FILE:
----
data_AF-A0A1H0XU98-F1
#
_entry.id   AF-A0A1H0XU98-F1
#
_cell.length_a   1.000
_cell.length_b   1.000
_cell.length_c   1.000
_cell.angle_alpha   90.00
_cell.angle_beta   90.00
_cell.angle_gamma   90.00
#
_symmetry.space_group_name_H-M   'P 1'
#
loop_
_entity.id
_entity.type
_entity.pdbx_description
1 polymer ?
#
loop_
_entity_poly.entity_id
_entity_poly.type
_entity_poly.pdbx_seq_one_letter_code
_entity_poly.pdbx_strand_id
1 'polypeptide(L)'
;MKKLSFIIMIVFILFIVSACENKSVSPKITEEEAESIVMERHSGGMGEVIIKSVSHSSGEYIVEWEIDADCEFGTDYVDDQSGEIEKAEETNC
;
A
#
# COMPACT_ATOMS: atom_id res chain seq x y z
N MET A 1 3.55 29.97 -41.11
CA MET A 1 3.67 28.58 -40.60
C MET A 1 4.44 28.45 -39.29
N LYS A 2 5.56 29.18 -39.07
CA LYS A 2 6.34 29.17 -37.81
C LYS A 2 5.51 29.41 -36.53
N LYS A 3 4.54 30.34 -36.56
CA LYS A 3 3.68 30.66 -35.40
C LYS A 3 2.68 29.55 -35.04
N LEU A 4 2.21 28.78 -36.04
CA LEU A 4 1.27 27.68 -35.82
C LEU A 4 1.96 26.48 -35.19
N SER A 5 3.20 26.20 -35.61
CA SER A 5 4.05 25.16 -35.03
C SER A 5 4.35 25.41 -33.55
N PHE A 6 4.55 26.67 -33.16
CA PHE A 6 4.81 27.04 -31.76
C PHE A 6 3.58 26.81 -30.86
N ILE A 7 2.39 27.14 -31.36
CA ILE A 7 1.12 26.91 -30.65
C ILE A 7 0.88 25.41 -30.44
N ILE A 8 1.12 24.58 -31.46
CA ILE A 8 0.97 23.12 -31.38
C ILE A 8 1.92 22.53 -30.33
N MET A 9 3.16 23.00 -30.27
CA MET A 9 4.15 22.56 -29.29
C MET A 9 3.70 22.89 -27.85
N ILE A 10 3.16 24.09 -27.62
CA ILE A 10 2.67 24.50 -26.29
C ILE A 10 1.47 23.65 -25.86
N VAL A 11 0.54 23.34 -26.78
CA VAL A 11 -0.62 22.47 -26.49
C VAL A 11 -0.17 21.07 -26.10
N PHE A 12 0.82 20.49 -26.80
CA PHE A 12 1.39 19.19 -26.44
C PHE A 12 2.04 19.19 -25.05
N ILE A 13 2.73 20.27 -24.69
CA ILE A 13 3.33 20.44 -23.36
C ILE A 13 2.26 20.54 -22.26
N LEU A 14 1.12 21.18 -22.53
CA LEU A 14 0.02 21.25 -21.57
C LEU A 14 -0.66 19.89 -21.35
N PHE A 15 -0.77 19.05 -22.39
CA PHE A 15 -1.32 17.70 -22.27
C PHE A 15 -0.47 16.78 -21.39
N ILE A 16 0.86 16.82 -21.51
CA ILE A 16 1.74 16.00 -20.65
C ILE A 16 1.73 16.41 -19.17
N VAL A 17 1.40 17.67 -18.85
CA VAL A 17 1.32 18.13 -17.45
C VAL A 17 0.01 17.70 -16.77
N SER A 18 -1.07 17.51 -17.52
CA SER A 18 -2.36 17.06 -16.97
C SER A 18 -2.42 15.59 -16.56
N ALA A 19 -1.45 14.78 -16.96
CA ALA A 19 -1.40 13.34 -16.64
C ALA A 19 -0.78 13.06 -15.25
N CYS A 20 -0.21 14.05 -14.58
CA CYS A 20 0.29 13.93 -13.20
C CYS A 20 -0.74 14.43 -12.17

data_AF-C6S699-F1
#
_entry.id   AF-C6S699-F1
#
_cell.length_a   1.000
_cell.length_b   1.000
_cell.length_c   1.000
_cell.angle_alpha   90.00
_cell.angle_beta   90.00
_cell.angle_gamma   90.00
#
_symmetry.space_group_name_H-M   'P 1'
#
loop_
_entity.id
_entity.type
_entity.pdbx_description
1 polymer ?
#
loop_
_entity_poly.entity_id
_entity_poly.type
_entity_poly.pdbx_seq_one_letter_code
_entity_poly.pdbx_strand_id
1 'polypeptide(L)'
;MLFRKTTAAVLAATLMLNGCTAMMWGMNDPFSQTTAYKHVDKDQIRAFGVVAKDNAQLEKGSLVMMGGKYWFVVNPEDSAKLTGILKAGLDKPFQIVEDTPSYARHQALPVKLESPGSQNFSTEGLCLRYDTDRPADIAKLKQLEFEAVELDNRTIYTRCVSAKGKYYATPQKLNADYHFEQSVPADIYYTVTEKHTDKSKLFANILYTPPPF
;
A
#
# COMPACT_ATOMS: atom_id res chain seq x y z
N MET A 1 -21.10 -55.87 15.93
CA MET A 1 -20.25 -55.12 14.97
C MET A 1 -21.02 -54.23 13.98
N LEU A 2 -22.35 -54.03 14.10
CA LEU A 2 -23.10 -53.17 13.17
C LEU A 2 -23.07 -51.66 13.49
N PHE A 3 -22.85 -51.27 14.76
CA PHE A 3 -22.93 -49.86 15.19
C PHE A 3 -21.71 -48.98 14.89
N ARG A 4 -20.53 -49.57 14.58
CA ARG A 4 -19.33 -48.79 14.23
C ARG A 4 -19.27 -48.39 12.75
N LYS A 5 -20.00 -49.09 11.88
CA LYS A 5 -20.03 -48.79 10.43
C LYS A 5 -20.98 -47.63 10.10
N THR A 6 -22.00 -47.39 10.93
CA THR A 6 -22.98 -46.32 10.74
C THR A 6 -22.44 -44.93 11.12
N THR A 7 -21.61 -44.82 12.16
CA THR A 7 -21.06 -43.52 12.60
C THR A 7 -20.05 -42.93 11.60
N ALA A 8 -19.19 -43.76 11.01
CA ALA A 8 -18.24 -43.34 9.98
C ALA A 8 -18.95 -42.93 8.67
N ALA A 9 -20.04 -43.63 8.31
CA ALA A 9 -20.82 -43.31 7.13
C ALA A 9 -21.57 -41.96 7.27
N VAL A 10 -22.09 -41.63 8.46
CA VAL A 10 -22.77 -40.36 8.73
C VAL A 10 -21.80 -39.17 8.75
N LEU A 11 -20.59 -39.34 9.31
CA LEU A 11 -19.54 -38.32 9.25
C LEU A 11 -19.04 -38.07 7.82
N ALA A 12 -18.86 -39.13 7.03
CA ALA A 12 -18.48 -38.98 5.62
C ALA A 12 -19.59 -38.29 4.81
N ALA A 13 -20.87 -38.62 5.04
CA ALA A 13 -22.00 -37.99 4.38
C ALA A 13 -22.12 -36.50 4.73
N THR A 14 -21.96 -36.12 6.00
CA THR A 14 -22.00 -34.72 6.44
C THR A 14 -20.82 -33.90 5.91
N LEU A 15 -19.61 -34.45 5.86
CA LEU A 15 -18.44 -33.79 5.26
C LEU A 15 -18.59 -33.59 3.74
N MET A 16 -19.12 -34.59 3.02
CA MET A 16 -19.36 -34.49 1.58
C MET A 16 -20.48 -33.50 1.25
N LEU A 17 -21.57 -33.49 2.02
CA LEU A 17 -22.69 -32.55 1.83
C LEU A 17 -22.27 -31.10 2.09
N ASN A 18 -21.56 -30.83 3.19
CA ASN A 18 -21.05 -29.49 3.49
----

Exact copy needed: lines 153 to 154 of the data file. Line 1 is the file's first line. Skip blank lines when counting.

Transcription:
C LEU A 11 -19.04 -38.07 7.82
N ALA A 12 -18.86 -39.13 7.03